With panic, the most you can hope for is relief (catching the plane) and the worst case scenario remains that your deepest fears get realised. With stage fright you can have good shows and bad shows.

Day Two – Wednesday 11th Aug

Got up calmly enough, and now sitting chilled in the lounge, one hour ahead of rush to get to the airport, as I have done an online check-in. I won’t start to fret again for half an hour or so...

Tranquil lift to North Terminal, long lines for baggage drop, but no rush. Security did want to look through my little bag, but I guess I have a lot of little gizmos to go with the netbook, external hard drive, microphone, headphones, and a camera, and Blackberry – I really seem to have become quite a major geek, but then again I always liked gizmos, it was just that (for instance) the magic ones were things the public should never he unpacked I noticed a pack of cards still accompanies me, even though I never perform (or even practice) magic tricks any more. Some of these things remain ‘superstitions’ (hangovers from previous beliefs), and lucky charms (jujus) like the silver half dollar (1920), old English penny (1964)and Irish pound (punt)coin (1990) in my back pocket.

Some are actually useful.

I enjoy people watching at airports, but I don’t know if I really have the novelist’s eye, or the curiosity which attributes back story to people (the way an actor might).

It’s interesting how slowed down all this people management is again. In movies of the Second World War movement around Europe (mostly by train, I guess) was always hazardous, and crossing borders became very difficult for many.

In that first boom of tourism back in the Sixties, when people started taking holidays outside their home country, the whole plane travel thing seemed pretty smooth, although it has always been true for me that it takes longer to the airport and into check-out, than the whole flight combined, which still seems weird to me.

There’s something redundant about moving all these bodies around, with all their ‘stuff’, when so much of what they are doing could now be done remotely.

OK, you can’t enjoy a virtual sun tan as much, or hug your relatives through a screen, but much business can surely be done remotely – you only need face to face for that final handshake of trust. This brings up my old obsession (previously discussed as Body Mind duality) – with the body in a particular place, the skeleton which limits the size and orientation, the fragility and resilience (self-mending) of the body...and (for so many people) the identification with the body, including the grooming, the feeding, the exercise, the sex life and all that. It’s also the body they lock up, or torture, of course. Houdini was one of the few people for whom a pair of handcuffs did not simply but effectively incapacitate a person.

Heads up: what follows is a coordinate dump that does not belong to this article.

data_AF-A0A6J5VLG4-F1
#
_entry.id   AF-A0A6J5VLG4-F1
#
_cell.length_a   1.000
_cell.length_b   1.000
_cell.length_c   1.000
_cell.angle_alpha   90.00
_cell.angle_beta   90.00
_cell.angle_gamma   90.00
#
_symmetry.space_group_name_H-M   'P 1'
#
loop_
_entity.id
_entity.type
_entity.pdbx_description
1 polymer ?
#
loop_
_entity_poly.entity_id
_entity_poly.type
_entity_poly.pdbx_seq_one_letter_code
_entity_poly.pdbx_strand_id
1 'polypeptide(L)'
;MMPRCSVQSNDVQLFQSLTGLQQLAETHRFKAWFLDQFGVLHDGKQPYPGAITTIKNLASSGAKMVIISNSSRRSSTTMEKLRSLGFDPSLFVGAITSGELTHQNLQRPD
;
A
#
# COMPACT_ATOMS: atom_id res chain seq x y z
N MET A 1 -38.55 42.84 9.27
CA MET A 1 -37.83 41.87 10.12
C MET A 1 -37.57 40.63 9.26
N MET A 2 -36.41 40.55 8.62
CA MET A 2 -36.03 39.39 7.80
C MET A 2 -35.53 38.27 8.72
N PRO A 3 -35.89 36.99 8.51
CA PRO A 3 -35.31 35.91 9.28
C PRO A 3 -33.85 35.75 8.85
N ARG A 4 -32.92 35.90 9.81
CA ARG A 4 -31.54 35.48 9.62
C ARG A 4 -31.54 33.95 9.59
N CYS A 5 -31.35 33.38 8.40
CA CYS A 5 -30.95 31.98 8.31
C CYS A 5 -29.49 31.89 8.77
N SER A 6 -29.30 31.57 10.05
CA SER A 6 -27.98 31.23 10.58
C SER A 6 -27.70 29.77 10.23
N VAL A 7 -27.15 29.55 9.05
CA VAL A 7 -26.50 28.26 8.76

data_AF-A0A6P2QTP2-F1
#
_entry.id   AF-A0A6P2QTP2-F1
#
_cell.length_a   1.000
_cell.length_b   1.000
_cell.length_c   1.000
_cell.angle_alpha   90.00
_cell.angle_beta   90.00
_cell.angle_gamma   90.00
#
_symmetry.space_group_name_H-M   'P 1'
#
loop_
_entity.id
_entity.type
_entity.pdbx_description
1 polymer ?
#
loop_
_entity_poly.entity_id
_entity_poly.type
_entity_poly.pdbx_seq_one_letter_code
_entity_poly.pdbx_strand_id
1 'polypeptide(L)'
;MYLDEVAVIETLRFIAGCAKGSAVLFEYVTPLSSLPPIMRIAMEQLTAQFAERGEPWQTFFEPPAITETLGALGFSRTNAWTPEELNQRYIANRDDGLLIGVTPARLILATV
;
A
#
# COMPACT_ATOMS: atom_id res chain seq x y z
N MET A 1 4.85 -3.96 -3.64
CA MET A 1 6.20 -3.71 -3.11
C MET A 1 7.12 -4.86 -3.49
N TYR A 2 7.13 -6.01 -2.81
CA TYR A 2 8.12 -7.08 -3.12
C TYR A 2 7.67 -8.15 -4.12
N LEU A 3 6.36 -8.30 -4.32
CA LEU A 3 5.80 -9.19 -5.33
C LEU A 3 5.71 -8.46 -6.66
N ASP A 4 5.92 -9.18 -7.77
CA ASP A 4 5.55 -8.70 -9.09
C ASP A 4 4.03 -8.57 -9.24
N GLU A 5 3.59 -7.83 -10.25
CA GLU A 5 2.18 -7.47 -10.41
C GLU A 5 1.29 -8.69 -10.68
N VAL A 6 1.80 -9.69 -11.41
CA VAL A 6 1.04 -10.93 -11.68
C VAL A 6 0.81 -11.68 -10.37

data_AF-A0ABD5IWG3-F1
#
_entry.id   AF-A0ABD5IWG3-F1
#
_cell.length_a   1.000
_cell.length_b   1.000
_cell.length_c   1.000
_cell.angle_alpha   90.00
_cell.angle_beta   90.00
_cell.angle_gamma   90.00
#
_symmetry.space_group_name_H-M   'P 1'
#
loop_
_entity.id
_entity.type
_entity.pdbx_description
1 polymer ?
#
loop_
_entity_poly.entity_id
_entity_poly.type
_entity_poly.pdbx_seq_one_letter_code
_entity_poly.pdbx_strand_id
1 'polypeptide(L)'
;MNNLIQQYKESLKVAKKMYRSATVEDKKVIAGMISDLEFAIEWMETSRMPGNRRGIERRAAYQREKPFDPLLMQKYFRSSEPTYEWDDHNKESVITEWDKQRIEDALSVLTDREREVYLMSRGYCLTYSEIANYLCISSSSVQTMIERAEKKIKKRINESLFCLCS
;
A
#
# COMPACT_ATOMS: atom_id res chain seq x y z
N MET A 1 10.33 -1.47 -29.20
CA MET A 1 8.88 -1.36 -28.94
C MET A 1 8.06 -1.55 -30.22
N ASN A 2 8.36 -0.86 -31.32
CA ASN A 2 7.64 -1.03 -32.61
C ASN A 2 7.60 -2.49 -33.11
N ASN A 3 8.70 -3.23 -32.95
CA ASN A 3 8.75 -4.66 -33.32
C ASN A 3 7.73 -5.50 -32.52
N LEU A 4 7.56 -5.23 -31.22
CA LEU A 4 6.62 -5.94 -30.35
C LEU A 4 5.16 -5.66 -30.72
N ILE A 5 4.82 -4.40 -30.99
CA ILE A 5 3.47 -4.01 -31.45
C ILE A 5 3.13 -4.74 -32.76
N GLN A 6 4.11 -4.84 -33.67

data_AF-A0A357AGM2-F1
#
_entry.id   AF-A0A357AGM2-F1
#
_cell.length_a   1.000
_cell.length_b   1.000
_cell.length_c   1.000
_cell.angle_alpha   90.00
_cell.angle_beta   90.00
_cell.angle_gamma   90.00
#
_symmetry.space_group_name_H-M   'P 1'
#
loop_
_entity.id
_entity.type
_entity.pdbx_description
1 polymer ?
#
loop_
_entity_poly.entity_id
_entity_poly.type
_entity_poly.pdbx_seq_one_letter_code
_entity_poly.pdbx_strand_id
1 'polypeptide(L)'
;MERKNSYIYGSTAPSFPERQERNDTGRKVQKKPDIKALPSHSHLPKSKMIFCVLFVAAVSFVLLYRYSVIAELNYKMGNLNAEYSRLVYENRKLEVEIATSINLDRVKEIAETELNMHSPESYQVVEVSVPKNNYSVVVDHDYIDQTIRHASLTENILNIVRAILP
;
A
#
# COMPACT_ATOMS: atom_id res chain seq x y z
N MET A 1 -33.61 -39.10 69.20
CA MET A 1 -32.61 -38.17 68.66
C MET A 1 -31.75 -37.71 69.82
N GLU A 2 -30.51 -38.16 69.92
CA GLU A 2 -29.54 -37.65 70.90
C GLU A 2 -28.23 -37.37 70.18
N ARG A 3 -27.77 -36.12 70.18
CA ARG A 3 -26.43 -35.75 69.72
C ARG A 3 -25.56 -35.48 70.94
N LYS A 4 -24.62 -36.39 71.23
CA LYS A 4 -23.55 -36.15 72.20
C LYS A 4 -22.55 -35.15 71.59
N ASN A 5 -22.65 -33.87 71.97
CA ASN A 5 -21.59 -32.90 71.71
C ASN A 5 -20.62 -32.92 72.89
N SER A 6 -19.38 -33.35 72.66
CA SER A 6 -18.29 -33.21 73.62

Minds can communicate across centuries, across the world, through various media (let’s skip telepathy for a moment!) Mind (s) does not appear to have a location, in spite of attempts to locate consciousness in the brain, the pineal gland, the heart, etc. It appears fully distributed through the system, and not just the sub-system of the body, and nervous system, but through the environment and cosmos.

It’s all very mysterious. But hey, for all the remote communication I do, some fans want to meet, shake hands and talk direct, so here I sit in an airport, about to use up everybody’s carbon ‘allowance’ to move this ageing body across the world for a week (and, hopefully, back).

The vegan meal turned out a pleasant surprise, just like the window seat. The movie screen is a bit scuzzy on the inside (can’t clean it) but I kinda enjoyed From Paris With Love – silly though it is. Jolly special agent sociopath played by John Travolta (complete with self-referential Royale with Cheese) kills dozens of peoples quite carelessly, without getting a scratch – only the hesitant side-kick gets hurt (“when I say shoot the fucker, shoot the fucker,” urges John T). He redeems himself by bracing himself to shoot his girl-friend in the head...

I know the old hero legends don’t pretend to claim reality, but these kind of shoot-em-ups owe a lot to computer games, I reckon – where the hero doesn’t ever risk anything more than resetting the game and trying again.